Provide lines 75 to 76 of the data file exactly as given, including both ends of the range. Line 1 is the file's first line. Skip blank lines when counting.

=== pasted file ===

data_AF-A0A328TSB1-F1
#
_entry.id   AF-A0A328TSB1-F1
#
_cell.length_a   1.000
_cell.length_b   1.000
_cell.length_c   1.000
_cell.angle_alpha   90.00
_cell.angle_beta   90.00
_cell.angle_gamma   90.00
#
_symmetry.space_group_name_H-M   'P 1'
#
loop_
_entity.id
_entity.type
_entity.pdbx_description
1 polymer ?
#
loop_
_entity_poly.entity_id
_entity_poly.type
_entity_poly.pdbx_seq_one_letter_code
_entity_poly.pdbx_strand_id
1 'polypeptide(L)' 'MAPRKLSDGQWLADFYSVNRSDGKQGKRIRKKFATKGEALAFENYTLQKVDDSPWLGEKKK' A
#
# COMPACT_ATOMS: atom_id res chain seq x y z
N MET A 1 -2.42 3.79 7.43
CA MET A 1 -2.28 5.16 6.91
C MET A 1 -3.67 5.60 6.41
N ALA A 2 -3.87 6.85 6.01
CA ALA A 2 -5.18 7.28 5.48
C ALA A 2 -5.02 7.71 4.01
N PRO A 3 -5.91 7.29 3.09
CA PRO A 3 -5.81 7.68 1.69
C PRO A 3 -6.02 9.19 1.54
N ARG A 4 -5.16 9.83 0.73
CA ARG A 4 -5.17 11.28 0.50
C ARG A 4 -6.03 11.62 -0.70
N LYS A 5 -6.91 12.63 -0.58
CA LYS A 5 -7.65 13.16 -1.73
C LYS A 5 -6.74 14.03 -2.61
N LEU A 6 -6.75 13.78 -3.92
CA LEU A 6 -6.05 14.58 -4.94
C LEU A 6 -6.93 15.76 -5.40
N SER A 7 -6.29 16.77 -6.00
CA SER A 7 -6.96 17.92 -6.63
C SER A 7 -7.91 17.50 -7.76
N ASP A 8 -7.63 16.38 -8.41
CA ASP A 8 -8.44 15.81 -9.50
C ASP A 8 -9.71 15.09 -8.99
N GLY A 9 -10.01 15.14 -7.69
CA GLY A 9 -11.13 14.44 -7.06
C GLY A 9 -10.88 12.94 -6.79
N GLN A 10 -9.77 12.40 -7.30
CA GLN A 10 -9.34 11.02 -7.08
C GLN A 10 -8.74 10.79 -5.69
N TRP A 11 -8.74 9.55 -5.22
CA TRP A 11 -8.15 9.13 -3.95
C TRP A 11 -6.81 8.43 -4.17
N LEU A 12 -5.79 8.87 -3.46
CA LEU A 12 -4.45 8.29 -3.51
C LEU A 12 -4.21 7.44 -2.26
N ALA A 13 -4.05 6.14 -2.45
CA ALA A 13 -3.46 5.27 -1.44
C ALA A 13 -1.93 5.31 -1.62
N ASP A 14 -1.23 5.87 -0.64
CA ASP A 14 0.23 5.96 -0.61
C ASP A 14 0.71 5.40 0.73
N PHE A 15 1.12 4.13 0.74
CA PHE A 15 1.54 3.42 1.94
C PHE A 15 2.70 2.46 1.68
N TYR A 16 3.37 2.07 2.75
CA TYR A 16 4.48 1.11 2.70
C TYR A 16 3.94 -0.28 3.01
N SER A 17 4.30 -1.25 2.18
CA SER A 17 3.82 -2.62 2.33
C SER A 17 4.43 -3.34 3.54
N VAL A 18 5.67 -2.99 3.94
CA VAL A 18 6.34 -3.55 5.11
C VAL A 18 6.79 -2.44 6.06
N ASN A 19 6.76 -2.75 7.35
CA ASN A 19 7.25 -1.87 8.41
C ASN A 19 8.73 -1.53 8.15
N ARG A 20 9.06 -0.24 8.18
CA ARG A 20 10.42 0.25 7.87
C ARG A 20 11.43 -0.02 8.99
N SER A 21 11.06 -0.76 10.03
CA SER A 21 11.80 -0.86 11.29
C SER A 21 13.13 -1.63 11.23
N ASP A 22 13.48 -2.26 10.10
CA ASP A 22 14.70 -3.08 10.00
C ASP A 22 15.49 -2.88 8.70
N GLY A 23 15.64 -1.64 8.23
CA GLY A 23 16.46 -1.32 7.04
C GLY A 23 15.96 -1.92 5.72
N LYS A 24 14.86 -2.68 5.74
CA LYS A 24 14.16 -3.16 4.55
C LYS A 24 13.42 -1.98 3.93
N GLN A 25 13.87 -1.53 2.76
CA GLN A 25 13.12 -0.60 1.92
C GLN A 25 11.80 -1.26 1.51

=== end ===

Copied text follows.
C TYR A 16 3.94 -0.28 3.01
N SER A 17 4.30 -1.25 2.18